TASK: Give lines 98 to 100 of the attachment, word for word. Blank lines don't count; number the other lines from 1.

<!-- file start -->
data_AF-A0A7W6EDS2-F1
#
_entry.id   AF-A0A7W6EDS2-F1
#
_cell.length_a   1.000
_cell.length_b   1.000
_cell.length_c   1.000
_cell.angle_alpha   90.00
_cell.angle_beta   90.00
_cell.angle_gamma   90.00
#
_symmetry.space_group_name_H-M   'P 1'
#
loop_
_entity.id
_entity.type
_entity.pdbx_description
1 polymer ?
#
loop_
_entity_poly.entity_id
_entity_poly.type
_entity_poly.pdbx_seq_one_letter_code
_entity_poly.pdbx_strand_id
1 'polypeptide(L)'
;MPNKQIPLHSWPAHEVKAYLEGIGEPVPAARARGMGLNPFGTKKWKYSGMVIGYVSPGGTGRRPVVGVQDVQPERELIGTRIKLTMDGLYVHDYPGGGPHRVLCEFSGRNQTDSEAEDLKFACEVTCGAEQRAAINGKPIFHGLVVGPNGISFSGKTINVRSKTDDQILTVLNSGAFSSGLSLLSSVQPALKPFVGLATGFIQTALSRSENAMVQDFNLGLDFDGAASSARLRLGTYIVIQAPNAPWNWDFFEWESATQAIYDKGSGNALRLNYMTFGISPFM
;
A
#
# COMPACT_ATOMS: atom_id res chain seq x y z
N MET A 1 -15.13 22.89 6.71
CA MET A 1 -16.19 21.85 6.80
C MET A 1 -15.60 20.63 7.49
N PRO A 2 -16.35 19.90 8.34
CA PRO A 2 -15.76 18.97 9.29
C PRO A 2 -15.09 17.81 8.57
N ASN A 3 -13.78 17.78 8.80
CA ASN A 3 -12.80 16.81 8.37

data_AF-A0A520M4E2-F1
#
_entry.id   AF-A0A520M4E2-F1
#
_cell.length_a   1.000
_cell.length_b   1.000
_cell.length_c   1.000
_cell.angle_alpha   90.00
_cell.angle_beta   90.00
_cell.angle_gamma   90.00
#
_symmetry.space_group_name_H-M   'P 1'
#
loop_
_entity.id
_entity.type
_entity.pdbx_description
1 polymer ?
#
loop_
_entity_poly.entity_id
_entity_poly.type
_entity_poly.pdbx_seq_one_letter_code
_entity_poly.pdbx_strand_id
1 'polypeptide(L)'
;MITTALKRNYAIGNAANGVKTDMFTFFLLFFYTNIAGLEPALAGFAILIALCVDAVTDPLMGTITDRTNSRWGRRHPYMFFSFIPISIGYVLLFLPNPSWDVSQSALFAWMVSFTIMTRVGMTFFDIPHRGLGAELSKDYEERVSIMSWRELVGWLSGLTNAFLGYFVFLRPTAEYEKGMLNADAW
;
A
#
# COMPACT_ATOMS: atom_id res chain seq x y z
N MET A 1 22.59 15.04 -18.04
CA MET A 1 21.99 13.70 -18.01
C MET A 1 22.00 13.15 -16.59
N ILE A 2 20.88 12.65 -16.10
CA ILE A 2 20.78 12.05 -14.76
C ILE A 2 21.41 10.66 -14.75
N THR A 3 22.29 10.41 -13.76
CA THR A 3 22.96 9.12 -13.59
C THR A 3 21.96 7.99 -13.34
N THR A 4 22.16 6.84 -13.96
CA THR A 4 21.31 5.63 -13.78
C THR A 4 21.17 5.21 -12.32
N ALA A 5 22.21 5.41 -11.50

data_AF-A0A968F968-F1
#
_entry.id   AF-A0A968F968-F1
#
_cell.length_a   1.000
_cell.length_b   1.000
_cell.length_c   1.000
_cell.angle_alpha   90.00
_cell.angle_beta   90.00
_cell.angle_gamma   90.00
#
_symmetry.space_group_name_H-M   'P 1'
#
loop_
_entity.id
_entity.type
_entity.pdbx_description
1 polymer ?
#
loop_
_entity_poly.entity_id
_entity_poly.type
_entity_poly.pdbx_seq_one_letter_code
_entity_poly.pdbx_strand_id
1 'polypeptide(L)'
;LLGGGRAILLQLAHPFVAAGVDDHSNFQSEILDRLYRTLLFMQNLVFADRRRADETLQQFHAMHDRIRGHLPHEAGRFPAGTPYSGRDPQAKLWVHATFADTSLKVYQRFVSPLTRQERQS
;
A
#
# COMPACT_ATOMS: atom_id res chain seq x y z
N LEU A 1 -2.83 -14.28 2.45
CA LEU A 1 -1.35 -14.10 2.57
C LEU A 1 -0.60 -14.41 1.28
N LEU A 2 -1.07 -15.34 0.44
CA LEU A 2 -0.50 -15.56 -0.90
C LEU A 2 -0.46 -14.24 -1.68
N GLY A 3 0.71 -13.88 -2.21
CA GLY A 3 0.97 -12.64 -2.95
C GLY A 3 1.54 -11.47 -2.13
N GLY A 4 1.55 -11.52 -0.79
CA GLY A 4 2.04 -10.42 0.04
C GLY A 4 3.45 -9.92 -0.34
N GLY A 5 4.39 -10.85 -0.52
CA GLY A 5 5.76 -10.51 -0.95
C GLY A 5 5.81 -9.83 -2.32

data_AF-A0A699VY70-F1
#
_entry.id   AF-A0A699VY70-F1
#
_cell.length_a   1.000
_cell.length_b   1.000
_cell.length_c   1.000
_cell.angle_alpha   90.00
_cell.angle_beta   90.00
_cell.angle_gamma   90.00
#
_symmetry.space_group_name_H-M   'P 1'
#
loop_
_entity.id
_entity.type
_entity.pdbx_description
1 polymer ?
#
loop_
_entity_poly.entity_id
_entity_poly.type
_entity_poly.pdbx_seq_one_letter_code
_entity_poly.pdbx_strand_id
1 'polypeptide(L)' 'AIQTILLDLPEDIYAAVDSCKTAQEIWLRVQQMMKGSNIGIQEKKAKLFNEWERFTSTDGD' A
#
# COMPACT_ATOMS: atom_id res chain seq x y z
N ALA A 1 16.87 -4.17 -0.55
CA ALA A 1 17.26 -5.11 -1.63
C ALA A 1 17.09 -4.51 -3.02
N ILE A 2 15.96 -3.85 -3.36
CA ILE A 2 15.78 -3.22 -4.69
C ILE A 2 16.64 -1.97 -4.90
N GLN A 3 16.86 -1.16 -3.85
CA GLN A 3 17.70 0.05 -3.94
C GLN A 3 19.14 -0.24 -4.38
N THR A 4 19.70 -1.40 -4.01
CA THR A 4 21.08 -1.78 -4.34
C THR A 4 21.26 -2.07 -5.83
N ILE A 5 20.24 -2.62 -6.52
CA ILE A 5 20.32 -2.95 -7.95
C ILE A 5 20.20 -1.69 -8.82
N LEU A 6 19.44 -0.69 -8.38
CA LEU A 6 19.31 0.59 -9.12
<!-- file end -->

_entity.pdbx_description
1 polymer ?
#